EGU General Assembly 2021
© Author(s) 2022. This work is distributed under
the Creative Commons Attribution 4.0 License.

What is the most threatening for citizens of a mid-latitude city: cold stress or heat stress?

Sara Top1,2, Dragan Milošević3, Steven Caluwaerts1,4, and Stevan Savić3
Sara Top et al.
  • 1Department of Physics and Astronomy, Ghent University, Ghent, Belgium (
  • 2Department of Geography, Ghent University, Ghent, Belgium
  • 3Climatology and Hydrology Research Centre, University of Novi Sad, Novi Sad, Serbia
  • 4Royal Meteorological Institute of Belgium, Brussels, Belgium

Both heat and cold waves cause extreme human thermal discomfort and a clear excess in mortality. This shows the importance of knowing the prevailing thermal comfort conditions and how thermal comfort conditions vary in various environments so measures can be taken. Microclimatic and outdoor human thermal comfort conditions are investigated in various built-up and green areas in the city of Ghent (Belgium) using meteorological measurements of six weather stations of the MOCCA (Monitoring the Cities Climate and Atmosphere) network in combination with calculations done by RayMan.

Normal to extreme summer heat wave periods show that dangerous strong heat stress prevails during the daytime periods at all locations. Comparison of thermal comfort during normal and extreme summer heat wave periods showed that heat stress is more extreme when a heat wave is more intense. Overall the urban park in Ghent was the most comfortable location during heat waves since it effectively mitigates heat stress in the city. These results should be taken into account in urban planning and design to keep mid-latitude cities livable.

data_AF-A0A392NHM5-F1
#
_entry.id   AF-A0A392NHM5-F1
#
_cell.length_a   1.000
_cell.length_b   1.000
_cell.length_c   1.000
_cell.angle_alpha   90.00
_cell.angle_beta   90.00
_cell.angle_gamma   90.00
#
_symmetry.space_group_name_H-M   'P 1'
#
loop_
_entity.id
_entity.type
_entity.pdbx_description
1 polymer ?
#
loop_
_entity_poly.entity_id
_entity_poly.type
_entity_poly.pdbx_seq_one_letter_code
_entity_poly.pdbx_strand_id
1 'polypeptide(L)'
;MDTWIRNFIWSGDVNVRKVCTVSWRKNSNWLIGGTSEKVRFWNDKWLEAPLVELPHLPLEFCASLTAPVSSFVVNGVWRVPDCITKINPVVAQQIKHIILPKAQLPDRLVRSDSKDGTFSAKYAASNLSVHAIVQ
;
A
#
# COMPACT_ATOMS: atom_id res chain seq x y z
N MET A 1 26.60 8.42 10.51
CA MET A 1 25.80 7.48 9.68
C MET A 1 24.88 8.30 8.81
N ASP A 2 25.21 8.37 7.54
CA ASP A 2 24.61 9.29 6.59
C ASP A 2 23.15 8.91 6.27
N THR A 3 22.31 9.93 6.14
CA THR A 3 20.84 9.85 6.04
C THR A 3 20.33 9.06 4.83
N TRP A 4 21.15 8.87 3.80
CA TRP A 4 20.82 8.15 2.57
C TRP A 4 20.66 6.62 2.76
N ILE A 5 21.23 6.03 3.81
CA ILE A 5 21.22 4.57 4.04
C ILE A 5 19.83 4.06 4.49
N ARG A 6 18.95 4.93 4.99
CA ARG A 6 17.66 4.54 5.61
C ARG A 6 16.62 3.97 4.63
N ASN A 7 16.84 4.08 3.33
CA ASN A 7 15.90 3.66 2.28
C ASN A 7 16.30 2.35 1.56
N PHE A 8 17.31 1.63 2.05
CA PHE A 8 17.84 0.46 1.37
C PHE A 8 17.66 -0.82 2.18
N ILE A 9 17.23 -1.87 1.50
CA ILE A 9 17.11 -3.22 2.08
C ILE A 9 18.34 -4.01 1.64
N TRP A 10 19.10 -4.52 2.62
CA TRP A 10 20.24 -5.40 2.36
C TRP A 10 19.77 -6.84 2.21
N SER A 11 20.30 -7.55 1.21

Further, a one year data series revealed that outdoor cold stress was more apparent during 2017 in the mid-latitude city of Ghent that experiences a mild maritime climate. During spring and summer, both heat stress and cold stress occurred due to the larger diurnal temperature range compared to the other seasons. Even though high Physiological Equivalent Temperatures (PET) were obtained during a heat wave in summer, heat stress did not occur as intensely and as frequently compared to cold stress on annual level. It could thus be stated that outdoors, cold stress is a bigger threat than heat stress. However, one should keep in mind that the study was executed for outdoor thermal heat comfort and that people will take shelter or take measures when feeling uncomfortable. The question is thus rather, how are citizens protected against heat and cold stress? Currently, the Belgian society is better adapted to cold stress since most buildings contain central heating, while air conditioning is not standard. Future projections predict an increase in temperature, causing more occurrence of extreme heat stress, while extreme cold stress will be reduced. Additionally, the urban heat island effect currently has mainly a positive effect on the average annual outdoor thermal comfort conditions, while it will become a negative effect in the warmer future. Measures should thus be taken to reduce the threat of future heat stress.

How to cite: Top, S., Milošević, D., Caluwaerts, S., and Savić, S.: What is the most threatening for citizens of a mid-latitude city: cold stress or heat stress?, EGU General Assembly 2021, online, 19–30 Apr 2021, EGU21-6320,, 2021.


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